General FAQs

Which grades are offered by Insight Schools of California (ISCA)?

ISCA offers full-time enrollment for grades 9–12.

What does it cost to attend ISCA?

Does ISCA provide textbooks and other instructional materials?

What subjects will my child study?

Can my child work at their own pace?

What if my child is behind on credits or failing classes?

How much time will my child spend online?

How do students interact socially?

Who issues the diploma?

Can my child apply to college after graduating from ISCA?

After graduation, students will not meet the entrance requirements to attend a four-year university. They’ll first need to attend a two-year or community college in order to meet those entrance requirements.

When your child graduates, they will have a valid diploma received from a state-approved publicschool. With that diploma come all the records required for the two-year or community college application process: valid transcripts, public school SAT/ACT scores, teacher recommendations, school extracurricular activities, a student portfolio, and culminating project.

Does ISCA provide McKinney-Vento/homeless assistance and supports?

According to section 725(2) of the McKinney-Vento Homeless Assistance Act (42 U.S.C. 11434a(2)), the term “homeless children and youths”—

  • (A) means individuals who lack a fixed, regular, and adequate nighttime residence…; and
  • (B) includes—
    • (i) children and youths who are sharing the housing of other persons due to loss of housing, economic hardship, or a similar reason; are living in motels, hotels, trailer parks, or camping grounds due to the lack of alternative accommodations; are living in emergency or transitional shelters; are abandoned in hospitals; or are awaiting foster care placement;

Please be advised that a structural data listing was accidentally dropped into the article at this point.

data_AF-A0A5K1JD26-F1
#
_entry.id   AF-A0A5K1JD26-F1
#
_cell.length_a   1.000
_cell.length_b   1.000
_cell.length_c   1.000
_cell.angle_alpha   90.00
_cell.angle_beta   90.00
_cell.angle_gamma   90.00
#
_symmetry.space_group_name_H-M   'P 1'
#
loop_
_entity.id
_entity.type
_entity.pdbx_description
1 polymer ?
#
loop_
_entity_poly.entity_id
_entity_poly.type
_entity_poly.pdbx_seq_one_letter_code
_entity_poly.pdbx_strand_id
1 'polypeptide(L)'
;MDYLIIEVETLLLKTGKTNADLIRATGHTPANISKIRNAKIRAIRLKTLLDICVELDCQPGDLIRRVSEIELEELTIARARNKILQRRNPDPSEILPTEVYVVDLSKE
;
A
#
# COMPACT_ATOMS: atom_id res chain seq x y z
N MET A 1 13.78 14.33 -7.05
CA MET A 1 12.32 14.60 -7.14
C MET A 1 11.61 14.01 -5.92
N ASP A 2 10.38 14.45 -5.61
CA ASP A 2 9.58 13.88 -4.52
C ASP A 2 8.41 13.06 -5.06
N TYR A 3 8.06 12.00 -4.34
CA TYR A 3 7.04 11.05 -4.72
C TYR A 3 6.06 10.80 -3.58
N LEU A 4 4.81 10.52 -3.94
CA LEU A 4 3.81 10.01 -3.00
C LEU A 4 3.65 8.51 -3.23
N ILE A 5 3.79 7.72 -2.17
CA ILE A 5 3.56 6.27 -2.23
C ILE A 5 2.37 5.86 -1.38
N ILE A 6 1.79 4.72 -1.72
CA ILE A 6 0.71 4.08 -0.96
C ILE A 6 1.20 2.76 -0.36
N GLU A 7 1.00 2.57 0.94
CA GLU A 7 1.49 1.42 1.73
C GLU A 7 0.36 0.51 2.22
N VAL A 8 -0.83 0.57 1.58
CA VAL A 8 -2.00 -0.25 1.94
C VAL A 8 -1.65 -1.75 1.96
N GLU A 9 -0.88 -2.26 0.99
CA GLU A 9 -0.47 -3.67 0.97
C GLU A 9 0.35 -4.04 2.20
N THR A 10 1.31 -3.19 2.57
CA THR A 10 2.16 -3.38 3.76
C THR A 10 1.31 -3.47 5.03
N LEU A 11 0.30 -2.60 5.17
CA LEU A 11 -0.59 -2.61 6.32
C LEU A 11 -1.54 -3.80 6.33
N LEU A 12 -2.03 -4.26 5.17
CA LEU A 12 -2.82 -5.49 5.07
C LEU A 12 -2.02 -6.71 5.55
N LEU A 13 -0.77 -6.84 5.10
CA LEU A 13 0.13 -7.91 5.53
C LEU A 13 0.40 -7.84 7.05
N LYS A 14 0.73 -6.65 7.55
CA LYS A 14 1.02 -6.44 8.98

• (ii) children and youths who have a primary nighttime residence that is a public or private place not designed for or ordinarily used as a regular sleeping accommodation for human beings;
    • (iii) children and youths who are living in cars, parks, public spaces, abandoned buildings, substandard housing, bus or train stations, or similar settings; and
    • (iv) migratory children who qualify as homeless for the purposes of this subtitle because the children are living in circumstances described in clauses (i) through (iii).

Children and youth are considered homeless if they fit both part A and any one of the subparts of part B of the definition above.